A Quebec research institute says some of the biggest Canadian companies have transferred billions of dollars in profits to Luxembourg to avoid paying domestic taxes.
The research published Thursday by IRIS says 59 Canadian companies — including 33 headquartered in Quebec — transferred $119.8 billion in net profits to the European low-tax country over a period of about 10 years.
Colin Pratte, a researcher with IRIS and the study’s co-author, said Luxembourg was chosen for the research because, unlike other tax havens, it makes financial information publicly available. While studying those disclosures, researchers concentrated on the period between 2011 and 2021, during which the transferring of profits rose sharply, he said.
“What we realized … is that the phenomenon doesn’t only still exist, but it’s accelerated in recent years,” he said. “Transfers increased by an average of 20 per cent per year between 2011 and 2021, and in 2021 alone, we’re talking about $20 billion that was transferred by Canadian companies to Luxembourg,” he said in a phone interview.
Many companies transfer wealth through a process known as intra-group debt, which allows money to be loaned between subsidiaries in different countries in a way that increases a company’s debt and interest costs — and reduces its taxable income — in higher-tax jurisdictions, he said.
The companies listed in the study operate in several sectors including finance, natural resources, food and technology, and include big names such as Thomson Reuters, Alimentation Couche-Tard and Saputo Inc.
The study notes that, unlike tax evasion, tax avoidance strategies are legal. However, the researchers contend they violate the “spirit” of the law because they permit companies to pay ultra-low taxes in jurisdictions other than where the majority of their economic activities occur.
Pratte said a quarter of the profits transferred in recent years come from companies in the food sector, which is particularly concerning at a time when households are struggling with the rising cost of food.
Representatives from Couche-Tard and Saputo Inc. were not immediately available for comment, while Thomson Reuters declined a media request.
The researchers said some companies on the list have received public subsidies in Canada, such as COVID-19 wage subsidies.
As an example, IRIS wrote that CAE Inc., a Montreal-based multinational in the aeronautics sector, transferred $99.2 million to Luxembourg in 2020-21 “while receiving $115.7 million from the federal COVID-19 wage and rent subsidies for businesses.”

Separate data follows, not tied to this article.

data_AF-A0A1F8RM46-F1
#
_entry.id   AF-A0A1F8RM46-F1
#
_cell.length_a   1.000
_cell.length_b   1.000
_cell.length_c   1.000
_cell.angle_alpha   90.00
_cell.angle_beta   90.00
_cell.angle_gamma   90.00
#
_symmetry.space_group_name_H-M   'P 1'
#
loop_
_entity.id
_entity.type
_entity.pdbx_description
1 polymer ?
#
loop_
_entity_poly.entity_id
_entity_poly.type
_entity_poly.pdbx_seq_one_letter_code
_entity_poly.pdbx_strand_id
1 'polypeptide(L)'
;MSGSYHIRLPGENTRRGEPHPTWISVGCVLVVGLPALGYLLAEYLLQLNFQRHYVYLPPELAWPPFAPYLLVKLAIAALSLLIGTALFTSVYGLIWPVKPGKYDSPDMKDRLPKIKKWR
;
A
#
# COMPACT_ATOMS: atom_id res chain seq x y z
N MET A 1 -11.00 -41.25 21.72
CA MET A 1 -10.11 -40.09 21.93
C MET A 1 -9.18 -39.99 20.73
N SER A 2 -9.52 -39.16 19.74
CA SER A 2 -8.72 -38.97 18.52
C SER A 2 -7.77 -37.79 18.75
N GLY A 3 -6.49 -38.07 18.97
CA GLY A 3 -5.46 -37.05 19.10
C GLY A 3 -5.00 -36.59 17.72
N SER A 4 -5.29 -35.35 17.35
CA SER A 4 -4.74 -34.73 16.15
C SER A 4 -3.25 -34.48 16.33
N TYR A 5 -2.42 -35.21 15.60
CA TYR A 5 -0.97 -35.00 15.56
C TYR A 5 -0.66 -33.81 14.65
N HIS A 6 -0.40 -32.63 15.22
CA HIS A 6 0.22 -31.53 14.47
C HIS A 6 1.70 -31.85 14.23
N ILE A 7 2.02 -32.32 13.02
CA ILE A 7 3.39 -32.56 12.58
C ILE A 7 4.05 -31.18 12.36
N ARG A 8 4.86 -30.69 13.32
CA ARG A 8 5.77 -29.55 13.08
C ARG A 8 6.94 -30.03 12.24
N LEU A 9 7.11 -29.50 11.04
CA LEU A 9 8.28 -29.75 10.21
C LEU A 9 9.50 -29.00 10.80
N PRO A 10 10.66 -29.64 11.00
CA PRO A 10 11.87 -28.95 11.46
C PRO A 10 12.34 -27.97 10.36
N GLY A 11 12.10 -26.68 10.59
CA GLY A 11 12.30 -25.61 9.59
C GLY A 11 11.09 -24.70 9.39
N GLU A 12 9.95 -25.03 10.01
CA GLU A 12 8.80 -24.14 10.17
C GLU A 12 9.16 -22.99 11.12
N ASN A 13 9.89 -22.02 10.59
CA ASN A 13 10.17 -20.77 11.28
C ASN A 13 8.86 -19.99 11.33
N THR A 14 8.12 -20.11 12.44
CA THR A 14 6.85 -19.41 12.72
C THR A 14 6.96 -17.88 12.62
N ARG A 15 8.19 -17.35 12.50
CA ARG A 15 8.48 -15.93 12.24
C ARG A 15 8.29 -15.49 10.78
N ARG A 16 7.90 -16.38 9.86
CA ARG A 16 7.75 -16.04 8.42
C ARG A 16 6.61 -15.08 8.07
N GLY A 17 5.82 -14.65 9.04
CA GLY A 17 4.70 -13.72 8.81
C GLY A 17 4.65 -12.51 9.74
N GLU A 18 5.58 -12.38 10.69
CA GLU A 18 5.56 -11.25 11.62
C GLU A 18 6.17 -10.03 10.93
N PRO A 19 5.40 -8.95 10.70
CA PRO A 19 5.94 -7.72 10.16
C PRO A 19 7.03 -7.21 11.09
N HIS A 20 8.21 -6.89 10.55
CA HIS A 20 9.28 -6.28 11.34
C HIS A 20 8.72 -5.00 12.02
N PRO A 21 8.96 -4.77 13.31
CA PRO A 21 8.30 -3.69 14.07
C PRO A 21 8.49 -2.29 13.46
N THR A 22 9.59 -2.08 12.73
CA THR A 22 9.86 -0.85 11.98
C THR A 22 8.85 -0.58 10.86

In an email, CAE’s director of public affairs and global communications wrote that the company accessed government relief measures during the pandemic and “used the funds to substitute for cost-saving measures and alleviate some of the impact on affected employees.”
“In regards to our entity in Luxembourg, it is an inactive holding company. It is not part of tax planning,” Anne von Finckenstein wrote.
Pratte said tax avoidance strategies, while legal, deprive Canadian governments of revenue that could be used to pay for services for citizens. At the very least, he believes, Canada could have followed the lead of other countries such as France, Poland and Denmark, which took steps to prevent companies that avoid paying domestic taxes from receiving public subsidies.
“It should be a given that a company that isn’t paying its fair share of taxes shouldn’t be able to touch public funds,” he said.
The study says it’s not possible to measure how much potential Canadian tax revenue has been lost, because the profits transferred to Luxembourg come from companies’ activities in multiple countries, and are sent in various forms — such as dividends or royalties — that are taxed different ways.
Pratte said the study, while as thorough as possible, doesn’t capture the full scope of tax evasion. He notes that it only deals with one tax haven — Luxembourg — and that their list of Canadian companies operating there may not be complete.
He said Quebec’s over-representation on the list is based on the fact that the researchers made a special effort to identify companies from the province, and not necessarily because the province makes more use of tax strategies in Luxembourg.
Pratte said the problem of tax havens has been documented in Canada for decades, going back to a Canadian auditor general report in 1992, adding that he believes successive governments have failed to enact legislation to tackle the problem.
“We often describe the problem of tax havens, of tax avoidance as being a complex technical and legal problem when, in fact, it’s a political problem,” he said.
Morgan Lowrie, The Canadian Press
This report by The Canadian Press was first published Nov. 2, 2023.